Impact of ENSO on Groundwater Recharge in the Southwestern U.S.

Bridget Scanlon, principal investigator

The impact of climate variability on the water cycle in desert ecosystems is controlled by biospheric feedback at interannual to millennial timescales. This paper describes a unique field dataset from weighing lysimeters beneath nonvegetated and vegetated systems that unequivocally demonstrates the role of vegetation dynamics in controlling water cycle response to interannual climate variability related to El Nino southern oscillation in the Mojave Desert. Extreme El Nino winter precipitation (2.3–2.5 times normal) typical of the southwestern U.S. would be expected to increase groundwater recharge, which is critical for water resources in semiarid and arid regions. However, lysimeter data indicate that rapid increases in vegetation productivity in response to elevated winter precipitation reduced soil water storage to half of that in a nonvegetated lysimeter, thereby precluding deep drainage below the root zone that would otherwise result in groundwater recharge.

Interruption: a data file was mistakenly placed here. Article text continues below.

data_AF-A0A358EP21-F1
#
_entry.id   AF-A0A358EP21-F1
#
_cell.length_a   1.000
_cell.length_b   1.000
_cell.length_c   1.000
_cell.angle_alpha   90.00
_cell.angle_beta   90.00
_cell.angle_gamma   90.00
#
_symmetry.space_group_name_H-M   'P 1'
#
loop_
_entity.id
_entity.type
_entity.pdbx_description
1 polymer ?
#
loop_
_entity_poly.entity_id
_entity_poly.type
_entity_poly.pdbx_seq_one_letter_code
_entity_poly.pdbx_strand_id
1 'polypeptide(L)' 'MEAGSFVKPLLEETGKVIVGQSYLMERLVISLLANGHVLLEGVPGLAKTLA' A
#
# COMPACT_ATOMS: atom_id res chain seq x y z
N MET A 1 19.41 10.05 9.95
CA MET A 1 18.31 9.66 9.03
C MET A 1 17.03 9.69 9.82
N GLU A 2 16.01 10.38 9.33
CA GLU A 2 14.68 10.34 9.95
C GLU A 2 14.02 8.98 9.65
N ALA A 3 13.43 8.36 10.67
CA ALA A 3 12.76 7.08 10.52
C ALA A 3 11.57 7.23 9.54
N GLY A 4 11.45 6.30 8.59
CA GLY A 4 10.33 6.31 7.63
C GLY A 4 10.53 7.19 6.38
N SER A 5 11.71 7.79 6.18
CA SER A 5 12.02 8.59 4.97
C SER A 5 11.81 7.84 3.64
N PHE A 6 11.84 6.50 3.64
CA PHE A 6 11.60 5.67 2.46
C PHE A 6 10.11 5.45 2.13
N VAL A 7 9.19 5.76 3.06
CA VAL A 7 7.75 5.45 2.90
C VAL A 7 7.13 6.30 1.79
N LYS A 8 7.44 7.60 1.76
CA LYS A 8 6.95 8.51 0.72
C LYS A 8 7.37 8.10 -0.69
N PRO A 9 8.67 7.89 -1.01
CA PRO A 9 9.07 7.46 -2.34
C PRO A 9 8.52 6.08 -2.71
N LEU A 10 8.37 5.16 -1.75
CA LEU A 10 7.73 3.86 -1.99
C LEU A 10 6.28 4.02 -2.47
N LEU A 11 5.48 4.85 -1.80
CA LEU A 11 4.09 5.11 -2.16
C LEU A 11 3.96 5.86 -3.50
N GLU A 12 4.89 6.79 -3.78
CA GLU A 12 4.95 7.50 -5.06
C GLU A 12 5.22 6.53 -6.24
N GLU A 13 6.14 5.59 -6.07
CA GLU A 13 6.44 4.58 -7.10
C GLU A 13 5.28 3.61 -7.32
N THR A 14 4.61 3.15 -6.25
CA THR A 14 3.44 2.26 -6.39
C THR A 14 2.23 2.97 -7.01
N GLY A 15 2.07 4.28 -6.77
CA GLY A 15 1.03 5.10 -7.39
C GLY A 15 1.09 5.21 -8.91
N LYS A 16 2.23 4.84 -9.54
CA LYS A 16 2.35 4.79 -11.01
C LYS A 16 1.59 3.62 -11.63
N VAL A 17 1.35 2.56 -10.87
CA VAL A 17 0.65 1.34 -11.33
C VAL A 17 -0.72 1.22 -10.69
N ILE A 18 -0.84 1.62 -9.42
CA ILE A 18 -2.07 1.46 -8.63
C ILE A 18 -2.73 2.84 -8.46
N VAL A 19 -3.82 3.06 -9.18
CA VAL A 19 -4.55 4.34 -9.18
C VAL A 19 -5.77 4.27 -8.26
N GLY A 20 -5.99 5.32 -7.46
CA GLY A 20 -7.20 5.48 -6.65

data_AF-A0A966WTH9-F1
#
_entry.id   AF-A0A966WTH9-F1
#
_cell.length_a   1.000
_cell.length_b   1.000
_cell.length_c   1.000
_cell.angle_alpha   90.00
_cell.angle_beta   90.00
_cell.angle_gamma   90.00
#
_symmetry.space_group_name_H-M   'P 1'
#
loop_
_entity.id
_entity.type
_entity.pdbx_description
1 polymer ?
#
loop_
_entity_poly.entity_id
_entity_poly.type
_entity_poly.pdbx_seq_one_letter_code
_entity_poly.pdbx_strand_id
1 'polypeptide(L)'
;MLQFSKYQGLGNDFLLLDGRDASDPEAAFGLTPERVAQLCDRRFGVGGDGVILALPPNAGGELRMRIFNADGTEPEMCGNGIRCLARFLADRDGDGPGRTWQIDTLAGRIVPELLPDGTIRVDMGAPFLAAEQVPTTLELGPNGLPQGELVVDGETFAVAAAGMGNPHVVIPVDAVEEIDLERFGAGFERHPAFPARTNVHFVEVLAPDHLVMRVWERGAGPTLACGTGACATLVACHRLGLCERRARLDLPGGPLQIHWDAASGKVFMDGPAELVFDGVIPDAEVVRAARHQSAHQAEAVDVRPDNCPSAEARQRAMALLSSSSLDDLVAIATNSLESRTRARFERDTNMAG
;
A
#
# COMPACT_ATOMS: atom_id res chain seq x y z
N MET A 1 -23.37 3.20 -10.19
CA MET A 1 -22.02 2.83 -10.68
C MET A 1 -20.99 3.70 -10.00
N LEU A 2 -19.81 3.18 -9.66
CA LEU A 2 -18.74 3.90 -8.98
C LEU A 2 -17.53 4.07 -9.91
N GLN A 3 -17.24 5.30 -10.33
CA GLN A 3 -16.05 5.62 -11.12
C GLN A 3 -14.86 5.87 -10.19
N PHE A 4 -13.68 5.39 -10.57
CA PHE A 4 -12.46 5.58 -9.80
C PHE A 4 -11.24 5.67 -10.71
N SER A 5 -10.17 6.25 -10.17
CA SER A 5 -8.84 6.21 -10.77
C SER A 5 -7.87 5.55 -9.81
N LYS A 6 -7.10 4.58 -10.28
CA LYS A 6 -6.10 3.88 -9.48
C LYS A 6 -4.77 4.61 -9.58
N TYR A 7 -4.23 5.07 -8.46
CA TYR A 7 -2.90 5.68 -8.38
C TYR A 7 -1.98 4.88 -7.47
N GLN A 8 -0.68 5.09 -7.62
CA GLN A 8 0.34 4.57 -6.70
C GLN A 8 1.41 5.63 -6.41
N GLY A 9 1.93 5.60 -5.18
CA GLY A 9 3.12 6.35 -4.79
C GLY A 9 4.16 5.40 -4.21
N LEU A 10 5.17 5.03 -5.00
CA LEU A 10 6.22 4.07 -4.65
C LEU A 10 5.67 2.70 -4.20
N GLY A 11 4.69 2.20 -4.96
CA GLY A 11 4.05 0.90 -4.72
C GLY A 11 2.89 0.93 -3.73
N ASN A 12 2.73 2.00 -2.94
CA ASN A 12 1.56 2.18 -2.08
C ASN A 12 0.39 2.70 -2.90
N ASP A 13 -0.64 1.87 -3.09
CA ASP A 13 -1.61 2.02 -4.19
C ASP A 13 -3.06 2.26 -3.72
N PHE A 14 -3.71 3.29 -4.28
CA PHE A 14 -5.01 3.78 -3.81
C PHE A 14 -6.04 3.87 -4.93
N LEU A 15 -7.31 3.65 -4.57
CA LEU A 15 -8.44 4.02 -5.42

Vegetation dynamics have been controlling the water cycle in interdrainage desert areas throughout the southwestern U.S., maintaining dry soil conditions and upward soil water flow since the last glacial period (10,000–15,000 yr ago), as shown by soil water chloride accumulations. Although measurements are specific to the southwestern U.S., correlations between satellite-based vegetation productivity and elevated precipitation related to El Nino southern oscillation indicate this model may be applicable to desert basins globally. Understanding the two-way coupling between vegetation dynamics and the water cycle is critical for predicting how climate variability influences hydrology and water resources in water-limited landscapes.

Measured soil water storage to a depth of 2m in both vegetated and nonvegetated lysimeters and daily precipitation depths at the NTS location. Above-ground biomass productivity (g/m2) is shown for measurements in May 1995 and May 1996 for annual and perennial vegetation at the nearby Yucca Mountain site and May 1998 and May 1999 for annual vegetation at the nearby free air CO2 experiment site. (Inset) Relationship between the multivariate ENSO index (blue shading; El Nino, red shading; La Nina) and percent of normal 1971–2000 winter precipitation (normal, 46 mm, December–February; columns) at the NTS location.

Reference
Scanlon, B. R., D. G. Levitt, K. E. Keese, R. C. Reedy, and M. J. Sully. 2005. Ecological controls on water-cycle response to climate variability in deserts. Proceedings of the National Acadamy of Sciences of the United States of America 102:6033–6038.

March 2006